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Wednesday, May 25, 2022

Futurebuild closes with hope for the future

As the home of innovation, Futurebuild 2022 hosted over 300 game changing brands and 350 influential speakers, sharing how the built environment can go beyond net zero. Across the three days, sustainability pioneers, such as Professor Peter Guthrie OBE, Sue Riddlestone OBE and Robin Nicholson CBE, demonstrated how we can turn net zero ambition into delivery.

Futurebuild aims to inspire the transformational change needed to propel the industry to net zero, focusing on how architects must collaborate and innovate with sustainable suppliers to meet net zero. On the first day of Futurebuild, for example, Lee Rowley, Minister for Business and Industry attended the event to showcase the importance of collaboration between the government and industry as we move towards a net zero future.

“There are some fantastic exhibitions and a brilliant agenda at Futurebuild this year,” commented Rowley. “It is great to see the construction industry coming together to talk about the net zero supply chain and ask the important questions that will help the industry move forwards and find new opportunities. To achieve the challenges that have been set out, we need to work with industry to find solutions and Futurebuild brings people together to do just this.”

Sustainable stand outs

On the second day, on the Wholehouse Retrofit stage David Pierpoint, CEO of the Retrofit Academy and Phil Mason, head of regulatory engagement at Trustmark, discussed the importance of maintaining clear quality standards in the retrofit sector. Over 24 million homes need to be retrofitted over the next 28 years, so we must provide accurate and trusted information to suppliers and homeowners to make this target a reality.

During the show, innovative homes company Kiss House took over James Latham’s stand to showcase how we can build healthier, more sustainable homes. The timber structure, made of two sections from the Kiss House residential construction system, doubled as a seminar space at the show. To celebrate the innovative collaboration, James Latham and Kiss House were declared the winner of the sustainable stand award at the event.

“At the event we wanted to showcase real structures from real houses”, explained Mike Jacob, co-founder and director of Kiss House. “From a sustainability perspective it was vital to create a structure that could be used elsewhere, as exhibitions are traditionally quite wasteful. In this project we’ve taken timber and fed it into a precise manufacturing process to create accurate, high-quality components. After Futurebuild we’ll temporarily store these structures in our facility before using them in Reading’s first ever Passivhaus development.”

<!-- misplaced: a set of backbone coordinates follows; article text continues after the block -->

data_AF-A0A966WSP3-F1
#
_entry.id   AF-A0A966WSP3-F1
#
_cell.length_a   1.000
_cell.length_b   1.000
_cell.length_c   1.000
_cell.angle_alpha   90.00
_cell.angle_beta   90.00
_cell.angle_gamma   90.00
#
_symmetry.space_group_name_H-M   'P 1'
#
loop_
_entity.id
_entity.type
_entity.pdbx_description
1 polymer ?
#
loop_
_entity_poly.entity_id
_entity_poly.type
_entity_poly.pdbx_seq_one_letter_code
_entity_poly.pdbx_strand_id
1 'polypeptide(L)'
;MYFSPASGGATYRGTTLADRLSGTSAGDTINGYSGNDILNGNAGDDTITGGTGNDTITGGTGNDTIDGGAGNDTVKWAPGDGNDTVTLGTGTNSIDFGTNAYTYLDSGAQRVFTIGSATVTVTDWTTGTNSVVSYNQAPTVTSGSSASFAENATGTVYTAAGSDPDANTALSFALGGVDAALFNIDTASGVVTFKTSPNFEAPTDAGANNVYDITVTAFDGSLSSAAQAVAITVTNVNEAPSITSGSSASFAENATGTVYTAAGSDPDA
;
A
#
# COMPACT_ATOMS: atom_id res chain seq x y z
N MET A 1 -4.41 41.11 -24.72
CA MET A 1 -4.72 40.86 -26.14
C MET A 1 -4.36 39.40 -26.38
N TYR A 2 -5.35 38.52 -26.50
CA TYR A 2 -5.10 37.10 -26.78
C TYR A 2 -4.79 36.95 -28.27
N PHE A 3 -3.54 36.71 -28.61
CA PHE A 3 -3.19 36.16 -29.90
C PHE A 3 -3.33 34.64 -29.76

Futurebuild exists to amplify the voice of other pioneers in sustainability, so this year it has let Architects Climate Action Network (ACAN) host a bar takeover. The bar featured tables themed on the network’s nine working groups and the team hosted live demonstrations on how to use natural materials, such as straw bricks and lime plastering, in future construction projects.

“We cannot affect climate change without changing how we construct and our attitude to how we construct,” explained Sam Turner of ACAN. “When creating the bar takeover, we wanted to live by the principles we want to instil. So, while planning the event we made sure every decision followed our core aims — decarbonising now, promoting ecological regeneration and inspiring cultural transformation.”

Energy section
Energy section
What’s next?

We have a limited time to achieve net zero, so as we look to the future, we must act quickly. Futurebuild’s Climate Action Gallery, sponsored by James Latham, showcased some of the roadmaps and guidance that industry leaders have created in response to the climate emergency.

The Royal Institute for British Architects (RIBA), for example, presented on its 2030 Climate Challenge — voluntary performance targets to reduce energy use, water consumption and embodied carbon. The Climate Action Gallery also featured guidance from associations such as the Institute of Civil Engineers, The Edge, Bioregional, Considerate Contractors Scheme, Landscape Institute, ACAN, CIBSE, Active Building Centre, Zero Construct, UKGBC, CIC and IStructE.

“Exhibitors and speakers across the show floor outlined that we have little time to act on climate change,” explained Martin Hurn, event director of Futurebuild. “Collaboration is vital if we are to reach net zero. Futurebuild exists to bring people from across the built environment, from young disruptors such as Thermulon, to established brands such as Viessman, together to tackle the challenges the industry faces together.

“Over the three days we’ve seen the breadth of innovation happening in the sector, given industry experts a platform to share best practice and showcased the latest game-changing products. Now it’s time to take what we’ve learnt from the show and turn it into action to meet net zero.”

To find on-demand content about Futurebuild 2022, visit www.futurebuild.co.uk. Don’t forget to save the date for Futurebuild 2023, taking place from March 7 to March 9, 2023.

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